Reissue of Dream Syndicate’s 1984 classic Medicine Show

I thought it was really good news to see that Water Records is planning a re-release of Dream Syndicate’s second album, 1984’s Medicine Show, produced by Sandy Pearlman (Clash, Blue Oyster Cult) on June 15.

In the words of singer/songwriter, Steve Wynn:

“I’ve made over 20 studio albums in the last quarter century and “Medicine Show” sounds unlike any of the others. Even though each of them occupies its own sonic space, they all follow some kind of logical trajectory. “Medicine Show” is the odd man out. Not only does it not remind me of any of MY other records, I can’t even think of anything else that sounds quite like it. I still play most of the songs live on a regular basis but the record itself is beautiful, unattainable, right and wrong in all the best ways.”

“Karl wanted to make a big, panoramic rock record to justify our move to a major label and the plethora of attention we had received in the mere nine months that had passed since the release of “The Days of Wine and Roses.” I wanted to make a “beautiful loser,” button-pushing, over-the-top emotional catharsis in the tradition of most of my all-time favorite records (i.e.. “Big Star 3rd,” Tonight’s The Night,” “Plastic Ono Band,” etc.). We both got our way– and in ways that neither of us could have predicted. I think it was this improbable collision of desires and personality that gives “Medicine Show” its character.”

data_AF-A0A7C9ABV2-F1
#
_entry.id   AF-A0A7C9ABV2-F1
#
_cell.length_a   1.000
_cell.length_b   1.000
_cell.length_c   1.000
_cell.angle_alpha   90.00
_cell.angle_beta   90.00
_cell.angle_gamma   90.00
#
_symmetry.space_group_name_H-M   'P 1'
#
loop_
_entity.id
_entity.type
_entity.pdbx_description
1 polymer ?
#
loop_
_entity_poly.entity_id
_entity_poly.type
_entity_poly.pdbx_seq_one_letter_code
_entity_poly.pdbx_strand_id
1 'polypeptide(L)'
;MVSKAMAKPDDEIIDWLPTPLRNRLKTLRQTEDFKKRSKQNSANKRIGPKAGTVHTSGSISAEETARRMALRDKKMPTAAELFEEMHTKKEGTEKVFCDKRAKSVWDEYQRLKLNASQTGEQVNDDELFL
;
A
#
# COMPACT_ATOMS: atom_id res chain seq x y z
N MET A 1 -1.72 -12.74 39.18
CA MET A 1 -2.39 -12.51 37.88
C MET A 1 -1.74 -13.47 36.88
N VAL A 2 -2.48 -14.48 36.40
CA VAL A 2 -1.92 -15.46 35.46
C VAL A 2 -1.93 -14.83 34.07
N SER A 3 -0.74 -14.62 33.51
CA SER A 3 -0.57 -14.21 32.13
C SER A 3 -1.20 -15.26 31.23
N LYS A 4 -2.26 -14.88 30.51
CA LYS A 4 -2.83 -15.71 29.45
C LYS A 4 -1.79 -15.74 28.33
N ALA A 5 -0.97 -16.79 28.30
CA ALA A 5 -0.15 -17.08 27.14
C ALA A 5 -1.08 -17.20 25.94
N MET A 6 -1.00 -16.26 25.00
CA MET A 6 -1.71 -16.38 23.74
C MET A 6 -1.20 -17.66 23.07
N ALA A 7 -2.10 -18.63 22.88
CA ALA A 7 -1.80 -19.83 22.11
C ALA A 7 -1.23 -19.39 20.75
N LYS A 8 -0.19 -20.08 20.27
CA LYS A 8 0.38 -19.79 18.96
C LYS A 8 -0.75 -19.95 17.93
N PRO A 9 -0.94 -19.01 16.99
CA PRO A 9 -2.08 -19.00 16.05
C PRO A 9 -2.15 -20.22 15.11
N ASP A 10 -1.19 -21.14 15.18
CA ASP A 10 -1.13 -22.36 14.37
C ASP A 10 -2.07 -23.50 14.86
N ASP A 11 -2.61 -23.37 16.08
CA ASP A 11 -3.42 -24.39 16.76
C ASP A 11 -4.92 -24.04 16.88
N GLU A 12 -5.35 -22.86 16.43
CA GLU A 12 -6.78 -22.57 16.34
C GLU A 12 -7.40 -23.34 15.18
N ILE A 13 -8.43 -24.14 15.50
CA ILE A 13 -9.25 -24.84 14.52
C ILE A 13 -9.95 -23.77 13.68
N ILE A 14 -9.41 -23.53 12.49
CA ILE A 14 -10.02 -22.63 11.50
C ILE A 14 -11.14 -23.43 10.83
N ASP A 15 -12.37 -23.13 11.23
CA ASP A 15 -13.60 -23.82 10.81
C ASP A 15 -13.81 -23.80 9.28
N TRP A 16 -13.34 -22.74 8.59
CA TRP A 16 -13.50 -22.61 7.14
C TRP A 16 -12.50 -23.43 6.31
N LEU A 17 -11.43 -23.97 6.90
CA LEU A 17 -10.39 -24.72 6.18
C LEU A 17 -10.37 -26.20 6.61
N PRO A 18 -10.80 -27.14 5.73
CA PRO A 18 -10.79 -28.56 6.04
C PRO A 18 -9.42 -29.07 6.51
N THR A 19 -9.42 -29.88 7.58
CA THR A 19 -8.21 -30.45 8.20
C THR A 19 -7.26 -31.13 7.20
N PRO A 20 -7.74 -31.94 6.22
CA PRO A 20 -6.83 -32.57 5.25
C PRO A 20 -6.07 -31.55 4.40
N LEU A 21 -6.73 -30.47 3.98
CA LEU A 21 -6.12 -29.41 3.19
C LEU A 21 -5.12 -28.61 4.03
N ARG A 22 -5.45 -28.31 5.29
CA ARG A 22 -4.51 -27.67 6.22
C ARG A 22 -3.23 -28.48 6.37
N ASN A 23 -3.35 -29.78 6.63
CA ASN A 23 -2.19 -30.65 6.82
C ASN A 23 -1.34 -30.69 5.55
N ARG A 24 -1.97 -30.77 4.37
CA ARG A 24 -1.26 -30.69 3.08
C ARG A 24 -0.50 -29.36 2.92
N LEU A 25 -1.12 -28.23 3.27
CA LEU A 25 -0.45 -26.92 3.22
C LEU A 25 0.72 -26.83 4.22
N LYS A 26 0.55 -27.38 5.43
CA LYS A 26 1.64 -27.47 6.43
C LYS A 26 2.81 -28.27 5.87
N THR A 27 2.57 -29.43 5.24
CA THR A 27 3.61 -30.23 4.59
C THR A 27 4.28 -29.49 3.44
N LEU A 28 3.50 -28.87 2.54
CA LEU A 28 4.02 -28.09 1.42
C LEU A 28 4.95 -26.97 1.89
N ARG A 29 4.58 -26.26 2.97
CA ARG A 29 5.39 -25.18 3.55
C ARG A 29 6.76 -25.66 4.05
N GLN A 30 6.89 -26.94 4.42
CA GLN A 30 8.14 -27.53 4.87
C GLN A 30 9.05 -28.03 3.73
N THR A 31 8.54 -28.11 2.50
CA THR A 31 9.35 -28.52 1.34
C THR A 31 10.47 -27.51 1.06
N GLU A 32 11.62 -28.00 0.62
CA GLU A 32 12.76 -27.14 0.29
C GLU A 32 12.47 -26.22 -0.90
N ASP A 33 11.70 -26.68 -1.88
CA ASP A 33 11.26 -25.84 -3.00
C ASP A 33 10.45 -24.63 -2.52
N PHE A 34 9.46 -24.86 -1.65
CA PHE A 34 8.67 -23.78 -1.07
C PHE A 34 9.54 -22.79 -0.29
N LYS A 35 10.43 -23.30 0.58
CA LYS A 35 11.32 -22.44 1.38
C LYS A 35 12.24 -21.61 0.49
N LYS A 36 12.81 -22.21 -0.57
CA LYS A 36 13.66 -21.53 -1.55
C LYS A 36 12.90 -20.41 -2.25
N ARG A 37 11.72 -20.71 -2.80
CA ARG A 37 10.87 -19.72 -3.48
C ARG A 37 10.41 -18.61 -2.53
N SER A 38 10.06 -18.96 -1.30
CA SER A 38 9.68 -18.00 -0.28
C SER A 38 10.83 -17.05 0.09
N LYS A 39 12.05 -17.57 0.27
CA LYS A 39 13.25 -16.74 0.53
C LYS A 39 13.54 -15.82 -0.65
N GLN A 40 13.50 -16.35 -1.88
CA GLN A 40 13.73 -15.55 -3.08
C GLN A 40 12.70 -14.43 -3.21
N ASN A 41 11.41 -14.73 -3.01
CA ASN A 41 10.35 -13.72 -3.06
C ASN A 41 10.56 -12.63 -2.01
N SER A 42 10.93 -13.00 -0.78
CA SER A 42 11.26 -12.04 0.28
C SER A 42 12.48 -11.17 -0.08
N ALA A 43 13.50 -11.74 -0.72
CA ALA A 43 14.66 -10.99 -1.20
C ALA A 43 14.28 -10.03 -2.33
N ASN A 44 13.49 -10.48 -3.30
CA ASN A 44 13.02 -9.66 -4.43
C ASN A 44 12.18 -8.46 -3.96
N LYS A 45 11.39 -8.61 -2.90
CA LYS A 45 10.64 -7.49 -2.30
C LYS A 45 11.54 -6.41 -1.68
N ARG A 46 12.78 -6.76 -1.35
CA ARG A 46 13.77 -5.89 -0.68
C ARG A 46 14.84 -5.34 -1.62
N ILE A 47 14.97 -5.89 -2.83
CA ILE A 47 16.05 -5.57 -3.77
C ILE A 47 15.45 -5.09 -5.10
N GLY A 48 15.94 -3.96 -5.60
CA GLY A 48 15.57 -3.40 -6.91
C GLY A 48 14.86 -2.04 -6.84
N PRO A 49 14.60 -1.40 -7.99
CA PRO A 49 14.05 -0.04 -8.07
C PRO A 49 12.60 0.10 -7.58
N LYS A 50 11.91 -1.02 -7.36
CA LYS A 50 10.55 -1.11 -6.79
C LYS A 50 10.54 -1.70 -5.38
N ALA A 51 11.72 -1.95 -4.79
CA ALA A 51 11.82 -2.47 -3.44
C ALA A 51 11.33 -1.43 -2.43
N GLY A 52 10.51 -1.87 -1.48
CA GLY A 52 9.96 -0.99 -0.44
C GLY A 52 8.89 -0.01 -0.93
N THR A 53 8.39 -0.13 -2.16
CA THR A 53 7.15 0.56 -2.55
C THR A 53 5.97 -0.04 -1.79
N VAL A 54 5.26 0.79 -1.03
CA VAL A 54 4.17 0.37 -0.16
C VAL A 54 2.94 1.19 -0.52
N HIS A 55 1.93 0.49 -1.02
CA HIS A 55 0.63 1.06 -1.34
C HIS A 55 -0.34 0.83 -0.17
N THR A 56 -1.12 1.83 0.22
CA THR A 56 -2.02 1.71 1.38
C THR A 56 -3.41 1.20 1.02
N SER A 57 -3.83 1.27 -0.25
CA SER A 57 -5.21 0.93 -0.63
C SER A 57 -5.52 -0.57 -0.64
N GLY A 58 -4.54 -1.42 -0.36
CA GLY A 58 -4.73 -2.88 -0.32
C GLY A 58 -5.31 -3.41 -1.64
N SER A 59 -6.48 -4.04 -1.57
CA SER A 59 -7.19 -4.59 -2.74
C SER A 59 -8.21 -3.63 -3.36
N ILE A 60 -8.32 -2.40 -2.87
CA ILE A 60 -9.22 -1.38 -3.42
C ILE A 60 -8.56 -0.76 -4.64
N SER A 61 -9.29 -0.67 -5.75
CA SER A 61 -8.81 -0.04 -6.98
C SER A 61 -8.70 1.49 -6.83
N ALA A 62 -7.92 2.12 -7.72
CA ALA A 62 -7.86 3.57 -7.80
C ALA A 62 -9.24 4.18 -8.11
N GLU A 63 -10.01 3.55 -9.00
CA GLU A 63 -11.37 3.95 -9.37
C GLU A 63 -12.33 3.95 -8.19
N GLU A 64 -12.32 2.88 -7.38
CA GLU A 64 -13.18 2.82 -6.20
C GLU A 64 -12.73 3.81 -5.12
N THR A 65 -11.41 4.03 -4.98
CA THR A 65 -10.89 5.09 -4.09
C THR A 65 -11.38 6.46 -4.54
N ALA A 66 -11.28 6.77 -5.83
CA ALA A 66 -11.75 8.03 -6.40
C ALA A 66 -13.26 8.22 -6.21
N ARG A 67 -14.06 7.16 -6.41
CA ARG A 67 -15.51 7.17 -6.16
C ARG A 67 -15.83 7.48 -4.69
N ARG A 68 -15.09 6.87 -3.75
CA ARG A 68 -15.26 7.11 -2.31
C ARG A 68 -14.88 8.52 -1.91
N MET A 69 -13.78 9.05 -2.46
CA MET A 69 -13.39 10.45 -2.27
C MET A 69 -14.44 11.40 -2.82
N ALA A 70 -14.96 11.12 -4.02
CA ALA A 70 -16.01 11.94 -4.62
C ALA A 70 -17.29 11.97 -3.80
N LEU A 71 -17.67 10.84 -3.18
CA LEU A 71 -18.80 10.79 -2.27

But the other part of the record’s sound and mood is the time it took to make it. Try these numbers:

The Days of Wine and Roses (recording, overdubs and mixing): 3 days, 8 hours a day
Medicine Show (recording, overdubs and mixing): 5-plus months, 7 days a week, 14 hours a day

“Sandy Pearlman drove us to the limit and beyond, and you can hear the discipline, defiance, cracks-in-the-armor, mania, psychoses and the final graduation from all of the above in these tracks. I hear the laughs, the fights, the late nights, the booze, the Tenderloin, the Mission District, Sandy’s ever-present baseball cap, the Clown Alley burger runs, late nights watching Dr. Gene Scott, the perilously high 24th- floor efficiency apartments at the Fox Plaza and every one of the days and days and nights and nights when I listen to this record. And I wouldn’t change a thing.”

“It would all make a good book. And, in fact, it probably will someday.”

The Medicine Show (live 1984)

Tell Me When It’s Over (live 1984)

Still Holding On To You (Live 1984)

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